I generally, create a preprocessor directive added in the project on windows and mac and use that for such scenarios.

 

- Regards,

Rahul Rastogi

Adobe InDesign SDK Custom Plugin Architect

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Community Expert ,
Jan 30, 2024 Jan 30, 2024

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If I were you I would first identify if I am using the correct SDK so that the possibility of using a wrong defintion of macro is ruled out.

-Manan 

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Guide ,
Jan 31, 2024 Jan 31, 2024

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No preprocessor tricks required.

 

In C++ you can have multiple functions with the same name in the same scope, as long they differ by their argument list. This mechanism is called "overloaded member function". So you can provide the old interface's function and forward the call to the new interface's function, adding the extra argument.

 

In the case of the newer interface your old style method would get stripped away by the linker, as long your implementation class does not declare it with the "virtual" keyword.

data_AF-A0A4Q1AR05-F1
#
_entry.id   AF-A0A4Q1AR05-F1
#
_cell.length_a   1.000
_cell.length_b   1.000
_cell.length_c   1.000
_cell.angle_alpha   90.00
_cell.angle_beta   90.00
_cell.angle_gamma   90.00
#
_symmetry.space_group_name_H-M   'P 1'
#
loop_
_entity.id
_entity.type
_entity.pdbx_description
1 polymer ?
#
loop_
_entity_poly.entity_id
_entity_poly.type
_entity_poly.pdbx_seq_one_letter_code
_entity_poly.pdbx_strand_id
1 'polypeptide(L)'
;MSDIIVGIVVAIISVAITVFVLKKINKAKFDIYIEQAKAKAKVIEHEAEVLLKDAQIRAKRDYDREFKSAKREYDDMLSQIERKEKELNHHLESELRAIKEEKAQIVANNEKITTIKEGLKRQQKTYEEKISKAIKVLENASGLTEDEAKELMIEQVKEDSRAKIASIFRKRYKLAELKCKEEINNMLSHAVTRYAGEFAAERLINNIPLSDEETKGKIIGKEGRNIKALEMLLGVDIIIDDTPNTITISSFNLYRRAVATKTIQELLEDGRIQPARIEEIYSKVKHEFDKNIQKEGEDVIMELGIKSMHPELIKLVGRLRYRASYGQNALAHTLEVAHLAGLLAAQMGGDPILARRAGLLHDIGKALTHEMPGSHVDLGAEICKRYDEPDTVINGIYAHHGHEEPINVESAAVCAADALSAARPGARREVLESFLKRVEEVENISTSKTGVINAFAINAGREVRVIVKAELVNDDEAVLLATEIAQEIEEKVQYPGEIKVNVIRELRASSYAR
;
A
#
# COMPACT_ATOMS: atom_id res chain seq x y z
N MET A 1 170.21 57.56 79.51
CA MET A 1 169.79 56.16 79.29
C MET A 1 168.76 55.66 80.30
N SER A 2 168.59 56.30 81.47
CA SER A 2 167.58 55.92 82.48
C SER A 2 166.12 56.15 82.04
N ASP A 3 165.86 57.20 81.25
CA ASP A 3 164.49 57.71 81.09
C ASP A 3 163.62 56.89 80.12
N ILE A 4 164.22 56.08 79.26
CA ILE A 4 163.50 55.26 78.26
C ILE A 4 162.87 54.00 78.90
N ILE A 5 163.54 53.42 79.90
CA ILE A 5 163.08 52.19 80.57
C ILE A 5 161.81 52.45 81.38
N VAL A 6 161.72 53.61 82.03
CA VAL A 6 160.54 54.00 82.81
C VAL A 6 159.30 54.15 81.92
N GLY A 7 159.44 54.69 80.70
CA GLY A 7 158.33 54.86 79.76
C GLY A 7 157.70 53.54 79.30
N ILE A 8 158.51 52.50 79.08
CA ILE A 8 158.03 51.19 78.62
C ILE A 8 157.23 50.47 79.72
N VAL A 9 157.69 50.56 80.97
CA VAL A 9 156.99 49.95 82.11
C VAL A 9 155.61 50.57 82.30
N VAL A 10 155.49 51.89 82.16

My take on preprocessor tricks: note that BuildNumber.h includes all the version specific files up to the including version. So you can use #ifdef on a version specific macro to test for that version or later, or something like #if

defined(__CC14BuildNumber_h__) .

 

For more complicated cases that require different code, where method overloading does not work, try to express the condition in a more descriptive macro name, so that you can later on search for the macro name and see all related code sections, plus the underlying condition (at the macro definition).

 

E.g. to check for support of the controlstrip ui, test for InDesign version 3 or later:

 

#if defined(__DragonTailBuildNumber_h__)

#define HAS_CONTROLSTRIP 1

#else

 

Better also check that the macro works in both C++ compiler and the very old style preprocessor used within ODFRC.